The Day of Atonement and Israel's Forgiveness
By Timothy R. Test, Sr., Ph.D.
Presented by Saint Luke Evangelical School Of Biblical Studies
The Day of Atonement, which took place in the fall of the year, was the most sacred
and solemn of all the Israelite festivals. In it we most clearly see the typology or symbolism
of Christ's work for Israel. It was a day of national fasting and one that signified that the
sins of Israel had been atoned for and that the nation and its people were restored to a
state of fellowship with God. The feat included the following major items (see Leviticus 16
where the details are given):
- The high priest had to go through meticulous preparation to be worthy to act
as the officiator for the rest of the house of Israel. This included sacrifices
for himself and his house, as well as the washing and purification through the
sprinkling of sacrificial blood on various objects in the tabernacle.
- The high priest put off the official robes he normally wore and clothed himself
in simple, white linen garments. (See Revelation 19:8 for the significance of
white linen garments.)
- Two goats were chosen by lot. One was designated as the goat of the Lord,
and one was designated as the scapegoat, or in Hebrew, the goat of Azazel.
The goat of Jehovah was offered as a sin offering, and the high priest took
its blood into the holy of holies of the tabernacle and sprinkled it on the lid of
the ark of the covenant (called the 'mercy seat'), thus making atonement for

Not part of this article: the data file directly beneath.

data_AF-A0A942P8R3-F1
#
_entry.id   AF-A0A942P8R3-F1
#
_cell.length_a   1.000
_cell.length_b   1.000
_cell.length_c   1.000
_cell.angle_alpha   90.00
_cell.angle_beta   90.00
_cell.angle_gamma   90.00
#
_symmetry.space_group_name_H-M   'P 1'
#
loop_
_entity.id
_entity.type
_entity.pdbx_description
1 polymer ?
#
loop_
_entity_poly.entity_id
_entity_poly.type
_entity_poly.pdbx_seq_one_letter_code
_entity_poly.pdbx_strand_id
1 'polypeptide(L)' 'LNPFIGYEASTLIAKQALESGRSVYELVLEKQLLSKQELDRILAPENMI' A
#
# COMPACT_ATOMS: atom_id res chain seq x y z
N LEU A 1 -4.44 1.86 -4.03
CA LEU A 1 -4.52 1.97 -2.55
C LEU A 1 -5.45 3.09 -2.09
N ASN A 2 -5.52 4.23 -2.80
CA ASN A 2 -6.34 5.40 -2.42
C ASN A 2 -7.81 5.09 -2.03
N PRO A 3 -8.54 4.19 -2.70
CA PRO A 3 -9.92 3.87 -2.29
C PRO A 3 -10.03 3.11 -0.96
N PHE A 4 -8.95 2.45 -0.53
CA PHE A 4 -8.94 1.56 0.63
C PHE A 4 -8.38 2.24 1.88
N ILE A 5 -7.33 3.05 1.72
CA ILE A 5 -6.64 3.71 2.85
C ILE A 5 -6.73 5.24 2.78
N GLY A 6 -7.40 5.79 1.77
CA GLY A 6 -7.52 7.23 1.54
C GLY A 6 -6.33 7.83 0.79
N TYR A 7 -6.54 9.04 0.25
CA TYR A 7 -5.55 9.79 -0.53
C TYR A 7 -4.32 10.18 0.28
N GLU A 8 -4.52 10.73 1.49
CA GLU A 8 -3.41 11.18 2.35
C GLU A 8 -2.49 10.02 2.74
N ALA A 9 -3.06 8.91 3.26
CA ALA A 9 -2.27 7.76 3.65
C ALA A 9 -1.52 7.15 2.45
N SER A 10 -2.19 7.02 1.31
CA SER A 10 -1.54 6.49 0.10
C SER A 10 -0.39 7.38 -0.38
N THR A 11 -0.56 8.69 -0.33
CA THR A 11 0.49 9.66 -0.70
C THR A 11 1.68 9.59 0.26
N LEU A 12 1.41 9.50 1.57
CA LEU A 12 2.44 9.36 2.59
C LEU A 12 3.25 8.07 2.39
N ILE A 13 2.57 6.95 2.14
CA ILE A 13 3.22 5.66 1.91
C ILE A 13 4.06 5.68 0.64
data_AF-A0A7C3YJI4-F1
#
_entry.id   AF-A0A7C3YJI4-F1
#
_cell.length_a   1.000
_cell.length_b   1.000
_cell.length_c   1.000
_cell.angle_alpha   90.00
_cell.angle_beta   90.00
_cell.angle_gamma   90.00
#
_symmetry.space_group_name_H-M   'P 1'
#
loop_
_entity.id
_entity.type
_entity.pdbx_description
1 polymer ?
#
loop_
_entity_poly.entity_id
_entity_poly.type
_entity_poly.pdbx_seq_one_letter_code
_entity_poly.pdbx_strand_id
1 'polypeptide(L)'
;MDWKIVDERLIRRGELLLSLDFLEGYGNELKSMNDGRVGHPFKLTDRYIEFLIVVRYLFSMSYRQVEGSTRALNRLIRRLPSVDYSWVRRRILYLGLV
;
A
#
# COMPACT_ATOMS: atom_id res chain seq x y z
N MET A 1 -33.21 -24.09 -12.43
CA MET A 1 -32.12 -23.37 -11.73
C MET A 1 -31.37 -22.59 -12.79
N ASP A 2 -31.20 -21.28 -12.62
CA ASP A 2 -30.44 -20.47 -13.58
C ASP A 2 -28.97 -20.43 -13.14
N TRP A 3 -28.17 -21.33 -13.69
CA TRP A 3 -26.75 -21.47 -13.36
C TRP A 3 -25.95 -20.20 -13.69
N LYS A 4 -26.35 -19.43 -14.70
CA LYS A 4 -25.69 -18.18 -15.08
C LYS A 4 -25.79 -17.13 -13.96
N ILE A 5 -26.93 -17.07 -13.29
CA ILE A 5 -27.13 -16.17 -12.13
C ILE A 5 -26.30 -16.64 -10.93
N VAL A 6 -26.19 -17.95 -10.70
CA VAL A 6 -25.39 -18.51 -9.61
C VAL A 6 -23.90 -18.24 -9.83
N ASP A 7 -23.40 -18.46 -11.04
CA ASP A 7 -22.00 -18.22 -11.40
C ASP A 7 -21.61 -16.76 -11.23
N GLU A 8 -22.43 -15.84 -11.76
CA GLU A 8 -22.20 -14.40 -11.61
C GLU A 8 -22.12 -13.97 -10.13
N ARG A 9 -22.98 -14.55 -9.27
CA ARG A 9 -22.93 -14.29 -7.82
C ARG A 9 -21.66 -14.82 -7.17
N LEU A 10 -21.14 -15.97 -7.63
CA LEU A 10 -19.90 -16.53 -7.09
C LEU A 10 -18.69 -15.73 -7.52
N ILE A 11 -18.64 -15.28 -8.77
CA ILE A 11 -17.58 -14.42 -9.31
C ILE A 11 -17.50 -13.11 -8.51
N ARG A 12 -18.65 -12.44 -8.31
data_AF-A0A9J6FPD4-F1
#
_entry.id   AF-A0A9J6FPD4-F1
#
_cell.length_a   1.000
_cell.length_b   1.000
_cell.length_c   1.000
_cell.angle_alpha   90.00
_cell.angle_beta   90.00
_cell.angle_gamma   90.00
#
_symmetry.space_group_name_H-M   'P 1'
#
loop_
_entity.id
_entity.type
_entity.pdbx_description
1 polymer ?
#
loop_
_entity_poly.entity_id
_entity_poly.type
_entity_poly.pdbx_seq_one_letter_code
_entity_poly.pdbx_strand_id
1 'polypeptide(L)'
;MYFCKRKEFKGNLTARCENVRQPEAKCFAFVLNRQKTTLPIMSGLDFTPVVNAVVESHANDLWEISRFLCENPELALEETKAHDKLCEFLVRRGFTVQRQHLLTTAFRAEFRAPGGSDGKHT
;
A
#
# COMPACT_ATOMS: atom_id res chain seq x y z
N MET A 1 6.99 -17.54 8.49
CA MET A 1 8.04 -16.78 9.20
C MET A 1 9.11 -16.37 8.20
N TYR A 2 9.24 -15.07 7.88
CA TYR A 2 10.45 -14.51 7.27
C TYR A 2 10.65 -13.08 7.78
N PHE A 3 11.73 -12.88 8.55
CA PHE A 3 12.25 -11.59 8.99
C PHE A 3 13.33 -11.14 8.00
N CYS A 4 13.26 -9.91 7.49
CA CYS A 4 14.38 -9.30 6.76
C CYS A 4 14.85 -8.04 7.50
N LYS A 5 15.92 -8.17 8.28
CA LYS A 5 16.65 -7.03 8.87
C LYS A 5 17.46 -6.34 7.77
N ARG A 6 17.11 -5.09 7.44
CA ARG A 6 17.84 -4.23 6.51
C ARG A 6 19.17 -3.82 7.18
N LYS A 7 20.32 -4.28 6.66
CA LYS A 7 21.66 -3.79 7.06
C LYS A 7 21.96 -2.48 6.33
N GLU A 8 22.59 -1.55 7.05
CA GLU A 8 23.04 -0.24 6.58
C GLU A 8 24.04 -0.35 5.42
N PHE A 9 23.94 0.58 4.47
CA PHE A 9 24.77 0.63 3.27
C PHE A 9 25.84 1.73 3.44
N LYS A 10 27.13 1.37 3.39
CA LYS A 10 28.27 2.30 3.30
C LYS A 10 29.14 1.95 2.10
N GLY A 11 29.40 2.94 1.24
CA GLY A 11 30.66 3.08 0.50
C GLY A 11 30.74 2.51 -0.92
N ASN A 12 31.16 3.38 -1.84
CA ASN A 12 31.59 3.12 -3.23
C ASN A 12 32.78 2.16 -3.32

the sins of Israel.
- The other goat, Azazel, was brought before the high priest, who laid his
hands upon its head and symbolically transferred all of the sins of Israel to
it. Then it was taken out into the wilderness and released where it would
never be seen again. One commentator explained the significance of Azazel
by saying it represented 'the devil himself, the head of the fallen angels, who
was afterwards called Satan; for no subordinate evil spirit could have been
placed in antithesis to Jehovah as Azazel is here, but only the ruler or head
of the kingdom of demons.' (C.F. Keil and F. Delitzsch, Commentary on the
Old Testament, bk. 1: The Pentateuch, "The third Book of Moses,' 10bks.
[Grand Rapids, Michigan: William B. Eerdmans Publishing Co., n.d.], p.
The apostle Paul in the book of Hebrews drew heavily on the typology of the
Day of Atonement to teach the mission of Christ. In that epistle he made the following
- Christ is the great high priest (Hebrews 3:1) who, unlike the high priest of
Aaronic Priesthood, was holy and without spot and did not need to make
atonement for his own sins before he could be worthy to officiate for Israel
and enter the holy of holies (Hebrews 7:26-27). His perfect life was the
ultimate fulfillment of the symbol of wearing white garments.
- The true tabernacle (or temple, or house of the Lord) is in heaven, and the
earthly tabernacle made by Moses was to serve as a shadow or type of the
heavenly one. (See Hebrews 8:2-5; 9:1-9.)
- Christ is the Lamb of Jehovah as well as the High Priest. Through the
shedding of his blood he became capable of entering the heavenly Holy of
Holies where he offered his own blood as payment for the sins of those who
would believe in him and obey his commandments. (See Hebrews 9:11-14,
Notwithstanding the symbolic significance of the ritual of this holy day, the
ritual did have the power to bring about a forgiveness of Israel's sins. The sacred writings
of ancient times, the inspired utterances of latter-day prophecies, the traditions of mankind,
the rites of sacrifice, and even the sacrileges of heathen idolatries, all involve the idea of
vicarious atonement. God has never refused to accept an offering made by one who is
authorized on behalf of those who are in many ways incapable of doing the required
service themselves. The scapegoat and the altar victim of ancient Israel, if offered with
repentance and contrition, were accepted by the Lord in mitigation of the sins of the
copyright 2000 Rev. Timothy R. Test, Sr., Ph.D.
Used by permission